"tabs",needed to access URL of current tab
"notifications",Desktop notifications for success/error messages
"https://accounts.google.com/o/oauth2/token",Necessary for OAuth authentication
"https://www.googleapis.com/"needed to access the Google+ History API
],
"icons": {
"16": "icon16.png",
"48": "icon48.png",
"128": "icon128.png"
},
"content_scripts": [
{
"matches": ["REDIRECT URL*"],insert your full redirect URL here, the * is necessary at the end
"js": ["oauth2/oauth2_inject.js"],this handles the OAuth callback
"run_at": "document_start"
}
],
"background": {
"page": "history_background.html"this is where most of the work is done
},
"browser_action": {
"default_icon": "icon19.png",
"default_popup": "history_popup.html"GUI to initiate actions
},
"web_accessible_resources": [
"icon48.png"
]
}


history_background.html - just for loading our scripts

<!doctype html>
<html>
<head>
<title>History Template</title>
<script src="oauth2/oauth2.js"></script>OAuth 2.0 library
<script src="history_background.js"></script>our main script
</head>
<body></body>
</html>


history_background.js - all the work is being done here

(function (global) {
"use strict";
function HistoryApp() {
var google, access_token, types;
// initializing the OAuth 2.0 library with the values from the API Console
google = new global.OAuth2("google", {
client_id: "YOUR_CLIENT_ID",
client_secret: "YOUR_CLIENT_SECRET",
api_scope: "https://www.googleapis.com/auth/plus.moments.write https://www.googleapis.com/auth/plus.me"
});
// defining the activity types we want to allow for our extension
// for simplicity we only use types that don't require a "result"
types = [];
types.push({activityType: "http://schemas.google.com/AddActivity", label: "Add"});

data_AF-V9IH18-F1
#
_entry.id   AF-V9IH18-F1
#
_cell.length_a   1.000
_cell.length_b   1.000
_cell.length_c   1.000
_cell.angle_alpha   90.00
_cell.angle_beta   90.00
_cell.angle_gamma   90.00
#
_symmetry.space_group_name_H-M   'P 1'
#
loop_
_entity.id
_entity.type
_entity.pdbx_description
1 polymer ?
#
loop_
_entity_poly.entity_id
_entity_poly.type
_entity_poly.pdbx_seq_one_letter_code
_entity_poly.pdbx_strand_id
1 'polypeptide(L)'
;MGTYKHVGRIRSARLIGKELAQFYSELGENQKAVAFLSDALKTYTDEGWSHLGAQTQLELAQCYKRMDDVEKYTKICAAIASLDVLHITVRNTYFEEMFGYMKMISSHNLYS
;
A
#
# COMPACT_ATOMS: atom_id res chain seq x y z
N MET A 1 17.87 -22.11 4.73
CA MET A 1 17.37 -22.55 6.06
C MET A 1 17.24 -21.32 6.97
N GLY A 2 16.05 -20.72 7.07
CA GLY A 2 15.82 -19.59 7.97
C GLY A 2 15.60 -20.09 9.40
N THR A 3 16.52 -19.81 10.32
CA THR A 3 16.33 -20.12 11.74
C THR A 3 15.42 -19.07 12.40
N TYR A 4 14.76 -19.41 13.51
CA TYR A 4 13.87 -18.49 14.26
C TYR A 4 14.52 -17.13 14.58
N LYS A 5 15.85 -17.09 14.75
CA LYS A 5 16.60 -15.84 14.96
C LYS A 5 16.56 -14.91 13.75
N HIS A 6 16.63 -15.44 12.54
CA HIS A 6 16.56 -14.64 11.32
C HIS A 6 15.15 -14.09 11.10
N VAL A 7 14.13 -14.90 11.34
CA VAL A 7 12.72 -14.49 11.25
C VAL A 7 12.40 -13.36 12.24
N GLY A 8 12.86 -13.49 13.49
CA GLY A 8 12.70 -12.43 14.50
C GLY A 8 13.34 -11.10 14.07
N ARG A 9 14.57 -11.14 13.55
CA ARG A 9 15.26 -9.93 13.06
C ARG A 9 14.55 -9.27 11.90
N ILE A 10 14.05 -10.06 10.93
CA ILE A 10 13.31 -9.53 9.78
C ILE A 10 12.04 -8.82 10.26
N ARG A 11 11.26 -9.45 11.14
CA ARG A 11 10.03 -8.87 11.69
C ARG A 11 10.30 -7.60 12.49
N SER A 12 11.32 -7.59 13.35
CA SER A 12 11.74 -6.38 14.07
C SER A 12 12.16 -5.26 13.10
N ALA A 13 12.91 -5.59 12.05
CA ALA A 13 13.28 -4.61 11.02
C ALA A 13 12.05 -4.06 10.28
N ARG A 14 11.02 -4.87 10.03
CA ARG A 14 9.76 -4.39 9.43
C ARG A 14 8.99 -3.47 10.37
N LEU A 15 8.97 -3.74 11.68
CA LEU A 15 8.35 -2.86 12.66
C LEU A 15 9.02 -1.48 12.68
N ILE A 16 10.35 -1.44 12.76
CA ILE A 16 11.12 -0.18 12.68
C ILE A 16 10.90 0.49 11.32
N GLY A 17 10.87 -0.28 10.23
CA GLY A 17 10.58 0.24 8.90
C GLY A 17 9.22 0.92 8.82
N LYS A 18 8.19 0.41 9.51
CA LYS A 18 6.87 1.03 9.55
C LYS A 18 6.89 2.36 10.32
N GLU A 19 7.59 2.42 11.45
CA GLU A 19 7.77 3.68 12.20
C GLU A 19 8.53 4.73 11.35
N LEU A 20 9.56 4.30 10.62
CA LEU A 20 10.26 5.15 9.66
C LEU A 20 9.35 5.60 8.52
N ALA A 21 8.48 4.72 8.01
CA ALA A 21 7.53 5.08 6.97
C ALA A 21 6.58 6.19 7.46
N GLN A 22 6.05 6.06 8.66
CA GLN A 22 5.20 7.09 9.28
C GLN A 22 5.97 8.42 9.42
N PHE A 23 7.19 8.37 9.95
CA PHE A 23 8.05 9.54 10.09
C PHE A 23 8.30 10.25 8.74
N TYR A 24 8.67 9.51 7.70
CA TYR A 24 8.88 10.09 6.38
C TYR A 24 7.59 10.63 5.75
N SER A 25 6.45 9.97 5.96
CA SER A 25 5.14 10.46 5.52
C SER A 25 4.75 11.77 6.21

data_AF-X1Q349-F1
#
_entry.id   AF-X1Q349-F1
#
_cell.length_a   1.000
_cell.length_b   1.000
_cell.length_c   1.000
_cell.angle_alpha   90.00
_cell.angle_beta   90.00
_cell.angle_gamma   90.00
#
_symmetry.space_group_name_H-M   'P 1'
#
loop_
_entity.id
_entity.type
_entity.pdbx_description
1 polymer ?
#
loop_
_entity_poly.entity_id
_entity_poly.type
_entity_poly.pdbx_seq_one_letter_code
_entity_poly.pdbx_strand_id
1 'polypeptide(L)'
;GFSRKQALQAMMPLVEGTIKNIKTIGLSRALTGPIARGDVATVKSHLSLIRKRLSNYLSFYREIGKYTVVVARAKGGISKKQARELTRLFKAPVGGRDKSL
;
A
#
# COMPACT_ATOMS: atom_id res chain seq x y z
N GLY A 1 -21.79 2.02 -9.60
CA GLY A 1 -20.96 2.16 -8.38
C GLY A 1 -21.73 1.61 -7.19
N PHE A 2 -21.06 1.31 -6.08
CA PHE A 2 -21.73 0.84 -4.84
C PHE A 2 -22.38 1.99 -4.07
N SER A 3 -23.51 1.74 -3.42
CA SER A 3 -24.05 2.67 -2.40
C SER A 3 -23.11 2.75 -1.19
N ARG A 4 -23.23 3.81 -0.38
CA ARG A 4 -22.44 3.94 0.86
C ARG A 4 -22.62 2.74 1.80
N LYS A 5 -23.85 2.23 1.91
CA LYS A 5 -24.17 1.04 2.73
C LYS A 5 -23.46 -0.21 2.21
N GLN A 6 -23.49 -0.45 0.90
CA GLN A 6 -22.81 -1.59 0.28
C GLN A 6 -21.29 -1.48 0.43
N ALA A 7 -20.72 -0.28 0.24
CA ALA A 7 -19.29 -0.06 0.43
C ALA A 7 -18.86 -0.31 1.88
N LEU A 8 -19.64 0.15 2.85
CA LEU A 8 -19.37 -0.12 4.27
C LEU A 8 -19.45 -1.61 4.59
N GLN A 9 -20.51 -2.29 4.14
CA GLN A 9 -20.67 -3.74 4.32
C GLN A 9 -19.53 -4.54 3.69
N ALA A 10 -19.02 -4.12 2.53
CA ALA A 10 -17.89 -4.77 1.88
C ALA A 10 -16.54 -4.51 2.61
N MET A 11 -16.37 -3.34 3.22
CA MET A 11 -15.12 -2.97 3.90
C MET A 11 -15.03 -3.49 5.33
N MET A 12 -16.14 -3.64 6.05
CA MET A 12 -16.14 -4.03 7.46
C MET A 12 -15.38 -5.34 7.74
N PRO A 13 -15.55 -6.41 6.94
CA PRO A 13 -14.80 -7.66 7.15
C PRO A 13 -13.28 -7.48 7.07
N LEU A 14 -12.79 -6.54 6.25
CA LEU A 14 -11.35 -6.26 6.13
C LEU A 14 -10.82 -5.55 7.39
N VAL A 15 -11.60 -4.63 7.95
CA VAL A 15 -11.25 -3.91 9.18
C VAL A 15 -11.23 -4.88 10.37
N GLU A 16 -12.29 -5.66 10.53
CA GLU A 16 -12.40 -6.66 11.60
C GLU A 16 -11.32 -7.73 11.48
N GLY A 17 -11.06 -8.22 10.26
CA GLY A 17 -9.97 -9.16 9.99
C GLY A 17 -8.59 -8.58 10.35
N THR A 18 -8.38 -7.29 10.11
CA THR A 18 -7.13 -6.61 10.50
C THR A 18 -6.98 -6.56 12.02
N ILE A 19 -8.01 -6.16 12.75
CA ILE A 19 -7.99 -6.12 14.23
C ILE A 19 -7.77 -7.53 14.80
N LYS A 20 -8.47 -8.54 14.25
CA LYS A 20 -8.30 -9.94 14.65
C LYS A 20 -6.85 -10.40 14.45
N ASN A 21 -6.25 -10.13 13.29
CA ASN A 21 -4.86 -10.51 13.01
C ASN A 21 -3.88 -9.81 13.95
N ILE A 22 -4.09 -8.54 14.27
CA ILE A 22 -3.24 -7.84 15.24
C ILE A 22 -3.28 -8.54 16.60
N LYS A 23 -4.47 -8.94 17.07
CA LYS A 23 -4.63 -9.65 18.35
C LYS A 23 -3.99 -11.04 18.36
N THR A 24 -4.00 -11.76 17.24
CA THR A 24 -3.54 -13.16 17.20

types.push({activityType: "http://schemas.google.com/BuyActivity", label: "Buy"});
types.push({activityType: "http://schemas.google.com/CheckInActivity", label: "Check In"});
types.push({activityType: "http://schemas.google.com/CreateActivity", label: "Create"});
types.push({activityType: "http://schemas.google.com/ListenActivity", label: "Listen"});
types.push({activityType: "http://schemas.google.com/ViewActivity", label: "View"});
// this function will be called from the popup to write a moment with specific type and target (i.e. a URL)
this.addItem = function (type, url) {
// using the OAuth 2.0 library to make sure we have a fresh and valid access token
// this will also start the OAuth 2.0 authentication workflow if necessary
google.authorize(function () {
// saving the OAuth 2.0 access token for later use
access_token = google.getAccessToken();
// calling our function to actually write the described moment
writeMoment({
"type": type,
"target": {
"url": url
}
});
});
};
// this function does the actual call to the Google+ History API
function writeMoment(info) {
var xhr, message;
xhr = new global.XMLHttpRequest();
xhr.onreadystatechange = function () {
// this will be called once the request has finished
var response, text;
if (xhr.readyState == 4) {
if (xhr.status >= 200 && xhr.status <= 204) {
// Request has finished successfully
global.console.log("Success: " + xhr.responseText);
response = JSON.parse(xhr.responseText);
text = response.target.name;
// creating a desktop notification with the result of the request
createNotification(text, undefined, response.target.image);
} else {
// displaying the error, usual error-codes are: